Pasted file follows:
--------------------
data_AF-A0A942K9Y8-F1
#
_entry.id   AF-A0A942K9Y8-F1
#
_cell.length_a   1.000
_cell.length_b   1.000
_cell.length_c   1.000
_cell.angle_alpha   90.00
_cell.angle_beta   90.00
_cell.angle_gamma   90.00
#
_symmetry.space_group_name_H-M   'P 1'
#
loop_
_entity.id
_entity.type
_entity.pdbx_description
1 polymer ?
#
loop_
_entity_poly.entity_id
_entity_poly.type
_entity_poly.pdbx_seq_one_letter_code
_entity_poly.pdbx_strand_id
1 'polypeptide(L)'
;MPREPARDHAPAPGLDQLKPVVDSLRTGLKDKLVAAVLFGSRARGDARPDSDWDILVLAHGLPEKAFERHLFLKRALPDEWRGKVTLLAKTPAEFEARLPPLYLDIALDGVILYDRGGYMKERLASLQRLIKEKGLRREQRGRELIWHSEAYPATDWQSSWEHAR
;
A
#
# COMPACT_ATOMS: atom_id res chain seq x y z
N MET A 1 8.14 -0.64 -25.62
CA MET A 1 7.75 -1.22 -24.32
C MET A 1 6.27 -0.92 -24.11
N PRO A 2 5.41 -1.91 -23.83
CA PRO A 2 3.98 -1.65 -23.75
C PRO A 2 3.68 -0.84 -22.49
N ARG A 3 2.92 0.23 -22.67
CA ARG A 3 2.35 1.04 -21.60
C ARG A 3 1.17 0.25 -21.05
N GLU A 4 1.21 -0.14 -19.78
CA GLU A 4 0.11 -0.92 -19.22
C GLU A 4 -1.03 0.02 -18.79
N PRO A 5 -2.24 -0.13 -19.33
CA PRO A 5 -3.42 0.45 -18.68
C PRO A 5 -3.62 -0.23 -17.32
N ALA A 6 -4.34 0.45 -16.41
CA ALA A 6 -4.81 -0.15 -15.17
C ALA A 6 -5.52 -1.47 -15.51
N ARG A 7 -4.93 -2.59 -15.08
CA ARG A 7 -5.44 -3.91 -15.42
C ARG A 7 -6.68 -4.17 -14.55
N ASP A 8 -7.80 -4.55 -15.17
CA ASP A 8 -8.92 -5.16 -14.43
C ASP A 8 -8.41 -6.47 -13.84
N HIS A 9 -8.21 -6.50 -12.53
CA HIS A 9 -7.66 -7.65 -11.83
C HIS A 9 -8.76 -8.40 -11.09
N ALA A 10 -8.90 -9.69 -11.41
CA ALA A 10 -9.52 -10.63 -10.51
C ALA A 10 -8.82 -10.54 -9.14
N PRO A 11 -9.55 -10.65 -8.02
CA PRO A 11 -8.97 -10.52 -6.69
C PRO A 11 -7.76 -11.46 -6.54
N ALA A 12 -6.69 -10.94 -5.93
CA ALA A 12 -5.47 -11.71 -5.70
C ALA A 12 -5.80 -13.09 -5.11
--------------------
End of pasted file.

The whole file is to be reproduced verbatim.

data_AF-A0A942K9Y8-F1
#
_entry.id   AF-A0A942K9Y8-F1
#
_cell.length_a   1.000
_cell.length_b   1.000
_cell.length_c   1.000
_cell.angle_alpha   90.00
_cell.angle_beta   90.00
_cell.angle_gamma   90.00
#
_symmetry.space_group_name_H-M   'P 1'
#
loop_
_entity.id
_entity.type
_entity.pdbx_description
1 polymer ?
#
loop_
_entity_poly.entity_id
_entity_poly.type
_entity_poly.pdbx_seq_one_letter_code
_entity_poly.pdbx_strand_id
1 'polypeptide(L)'
;MPREPARDHAPAPGLDQLKPVVDSLRTGLKDKLVAAVLFGSRARGDARPDSDWDILVLAHGLPEKAFERHLFLKRALPDEWRGKVTLLAKTPAEFEARLPPLYLDIALDGVILYDRGGYMKERLASLQRLIKEKGLRREQRGRELIWHSEAYPATDWQSSWEHAR
;
A
#
# COMPACT_ATOMS: atom_id res chain seq x y z
N MET A 1 8.14 -0.64 -25.62
CA MET A 1 7.75 -1.22 -24.32
C MET A 1 6.27 -0.92 -24.11
N PRO A 2 5.41 -1.91 -23.83
CA PRO A 2 3.98 -1.65 -23.75
C PRO A 2 3.68 -0.84 -22.49
N ARG A 3 2.92 0.23 -22.67
CA ARG A 3 2.35 1.04 -21.60
C ARG A 3 1.17 0.25 -21.05
N GLU A 4 1.21 -0.14 -19.78
CA GLU A 4 0.11 -0.92 -19.22
C GLU A 4 -1.03 0.02 -18.79
N PRO A 5 -2.24 -0.13 -19.33
CA PRO A 5 -3.42 0.45 -18.68
C PRO A 5 -3.62 -0.23 -17.32
N ALA A 6 -4.34 0.45 -16.41
CA ALA A 6 -4.81 -0.15 -15.17
C ALA A 6 -5.52 -1.47 -15.51
N ARG A 7 -4.93 -2.59 -15.08
CA ARG A 7 -5.44 -3.91 -15.42
C ARG A 7 -6.68 -4.17 -14.55
N ASP A 8 -7.80 -4.55 -15.17
CA ASP A 8 -8.92 -5.16 -14.43
C ASP A 8 -8.41 -6.47 -13.84
N HIS A 9 -8.21 -6.50 -12.53
CA HIS A 9 -7.66 -7.65 -11.83
C HIS A 9 -8.76 -8.40 -11.09
N ALA A 10 -8.90 -9.69 -11.41
CA ALA A 10 -9.52 -10.63 -10.51
C ALA A 10 -8.82 -10.54 -9.14
N PRO A 11 -9.55 -10.65 -8.02
CA PRO A 11 -8.97 -10.52 -6.69
C PRO A 11 -7.76 -11.46 -6.54
N ALA A 12 -6.69 -10.94 -5.93
CA ALA A 12 -5.47 -11.71 -5.70
C ALA A 12 -5.80 -13.09 -5.11